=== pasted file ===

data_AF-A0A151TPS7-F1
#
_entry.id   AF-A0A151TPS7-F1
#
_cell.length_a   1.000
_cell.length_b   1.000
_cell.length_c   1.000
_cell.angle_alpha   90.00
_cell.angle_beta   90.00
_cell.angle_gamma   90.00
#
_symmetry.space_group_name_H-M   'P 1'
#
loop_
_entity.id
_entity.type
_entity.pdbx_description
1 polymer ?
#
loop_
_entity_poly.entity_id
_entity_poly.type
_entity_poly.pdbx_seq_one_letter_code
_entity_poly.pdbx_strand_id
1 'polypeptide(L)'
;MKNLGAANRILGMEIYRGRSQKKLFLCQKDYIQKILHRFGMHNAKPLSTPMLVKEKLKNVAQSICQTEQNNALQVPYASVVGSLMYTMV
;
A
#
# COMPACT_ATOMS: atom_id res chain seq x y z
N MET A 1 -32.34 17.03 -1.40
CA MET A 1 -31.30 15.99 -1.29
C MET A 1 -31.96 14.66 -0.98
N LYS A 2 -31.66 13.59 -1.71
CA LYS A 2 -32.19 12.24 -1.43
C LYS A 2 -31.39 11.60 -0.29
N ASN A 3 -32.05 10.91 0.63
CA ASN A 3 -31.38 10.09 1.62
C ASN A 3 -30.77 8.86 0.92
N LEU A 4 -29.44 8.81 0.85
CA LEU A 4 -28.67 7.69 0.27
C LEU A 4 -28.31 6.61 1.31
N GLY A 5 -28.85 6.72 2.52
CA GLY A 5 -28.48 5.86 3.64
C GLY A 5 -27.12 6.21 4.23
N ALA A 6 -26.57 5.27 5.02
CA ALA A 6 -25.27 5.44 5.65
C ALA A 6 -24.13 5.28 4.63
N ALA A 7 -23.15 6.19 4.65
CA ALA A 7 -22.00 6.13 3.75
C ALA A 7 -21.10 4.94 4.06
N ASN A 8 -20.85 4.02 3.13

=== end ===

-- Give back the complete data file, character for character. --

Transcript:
data_AF-A0A151TPS7-F1
#
_entry.id   AF-A0A151TPS7-F1
#
_cell.length_a   1.000
_cell.length_b   1.000
_cell.length_c   1.000
_cell.angle_alpha   90.00
_cell.angle_beta   90.00
_cell.angle_gamma   90.00
#
_symmetry.space_group_name_H-M   'P 1'
#
loop_
_entity.id
_entity.type
_entity.pdbx_description
1 polymer ?
#
loop_
_entity_poly.entity_id
_entity_poly.type
_entity_poly.pdbx_seq_one_letter_code
_entity_poly.pdbx_strand_id
1 'polypeptide(L)'
;MKNLGAANRILGMEIYRGRSQKKLFLCQKDYIQKILHRFGMHNAKPLSTPMLVKEKLKNVAQSICQTEQNNALQVPYASVVGSLMYTMV
;
A
#
# COMPACT_ATOMS: atom_id res chain seq x y z
N MET A 1 -32.34 17.03 -1.40
CA MET A 1 -31.30 15.99 -1.29
C MET A 1 -31.96 14.66 -0.98
N LYS A 2 -31.66 13.59 -1.71
CA LYS A 2 -32.19 12.24 -1.43
C LYS A 2 -31.39 11.60 -0.29
N ASN A 3 -32.05 10.91 0.63
CA ASN A 3 -31.38 10.09 1.62
C ASN A 3 -30.77 8.86 0.92
N LEU A 4 -29.44 8.81 0.85
CA LEU A 4 -28.67 7.69 0.27
C LEU A 4 -28.31 6.61 1.31
N GLY A 5 -28.85 6.72 2.52
CA GLY A 5 -28.48 5.86 3.64
C GLY A 5 -27.12 6.21 4.23
N ALA A 6 -26.57 5.27 5.02
CA ALA A 6 -25.27 5.44 5.65
C ALA A 6 -24.13 5.28 4.63
N ALA A 7 -23.15 6.19 4.65
CA ALA A 7 -22.00 6.13 3.75
C ALA A 7 -21.10 4.94 4.06
N ASN A 8 -20.85 4.02 3.13